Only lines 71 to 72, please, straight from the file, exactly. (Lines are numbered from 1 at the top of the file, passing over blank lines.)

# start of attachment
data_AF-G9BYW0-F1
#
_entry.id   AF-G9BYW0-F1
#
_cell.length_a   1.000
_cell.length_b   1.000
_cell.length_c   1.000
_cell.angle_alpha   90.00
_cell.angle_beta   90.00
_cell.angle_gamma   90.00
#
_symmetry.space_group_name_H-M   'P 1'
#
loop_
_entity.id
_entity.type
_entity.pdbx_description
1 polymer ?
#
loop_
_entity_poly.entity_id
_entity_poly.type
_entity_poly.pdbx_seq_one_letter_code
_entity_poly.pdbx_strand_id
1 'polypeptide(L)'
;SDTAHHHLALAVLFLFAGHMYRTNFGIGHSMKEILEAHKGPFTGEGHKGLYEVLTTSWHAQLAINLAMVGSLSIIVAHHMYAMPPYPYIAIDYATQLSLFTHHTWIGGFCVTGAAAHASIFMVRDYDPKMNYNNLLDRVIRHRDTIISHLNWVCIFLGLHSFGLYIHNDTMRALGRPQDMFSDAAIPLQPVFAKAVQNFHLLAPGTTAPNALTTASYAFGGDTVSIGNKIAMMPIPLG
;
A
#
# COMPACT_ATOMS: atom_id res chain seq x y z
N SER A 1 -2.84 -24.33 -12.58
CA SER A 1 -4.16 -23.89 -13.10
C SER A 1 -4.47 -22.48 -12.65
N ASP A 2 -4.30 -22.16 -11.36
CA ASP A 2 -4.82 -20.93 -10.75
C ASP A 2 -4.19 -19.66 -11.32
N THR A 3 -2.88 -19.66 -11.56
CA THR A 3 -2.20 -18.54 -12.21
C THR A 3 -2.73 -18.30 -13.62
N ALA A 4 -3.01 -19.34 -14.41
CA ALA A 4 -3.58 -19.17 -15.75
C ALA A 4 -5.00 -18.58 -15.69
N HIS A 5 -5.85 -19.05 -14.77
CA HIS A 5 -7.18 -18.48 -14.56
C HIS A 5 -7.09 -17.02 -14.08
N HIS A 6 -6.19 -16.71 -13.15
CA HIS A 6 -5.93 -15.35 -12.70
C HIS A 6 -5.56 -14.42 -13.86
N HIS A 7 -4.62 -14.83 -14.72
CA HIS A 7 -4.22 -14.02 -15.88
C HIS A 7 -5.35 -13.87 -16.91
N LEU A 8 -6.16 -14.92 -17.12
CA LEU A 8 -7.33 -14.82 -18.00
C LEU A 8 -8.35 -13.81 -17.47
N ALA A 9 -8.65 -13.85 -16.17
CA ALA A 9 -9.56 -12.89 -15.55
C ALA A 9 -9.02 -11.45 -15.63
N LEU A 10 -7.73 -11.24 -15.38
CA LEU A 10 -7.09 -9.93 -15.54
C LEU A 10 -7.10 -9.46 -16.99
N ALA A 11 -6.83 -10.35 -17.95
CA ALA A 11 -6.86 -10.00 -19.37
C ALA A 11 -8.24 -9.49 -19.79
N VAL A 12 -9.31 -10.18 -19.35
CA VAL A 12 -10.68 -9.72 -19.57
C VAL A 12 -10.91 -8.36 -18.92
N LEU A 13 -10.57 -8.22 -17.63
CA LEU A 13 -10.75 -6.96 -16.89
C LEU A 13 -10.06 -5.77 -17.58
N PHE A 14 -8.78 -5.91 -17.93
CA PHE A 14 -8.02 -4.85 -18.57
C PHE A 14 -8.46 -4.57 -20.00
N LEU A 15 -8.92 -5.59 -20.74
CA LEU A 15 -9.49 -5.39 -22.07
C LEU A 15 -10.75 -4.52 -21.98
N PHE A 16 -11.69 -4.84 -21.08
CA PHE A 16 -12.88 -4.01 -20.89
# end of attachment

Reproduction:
CA PHE A 14 -8.02 -4.85 -18.57
C PHE A 14 -8.46 -4.57 -20.00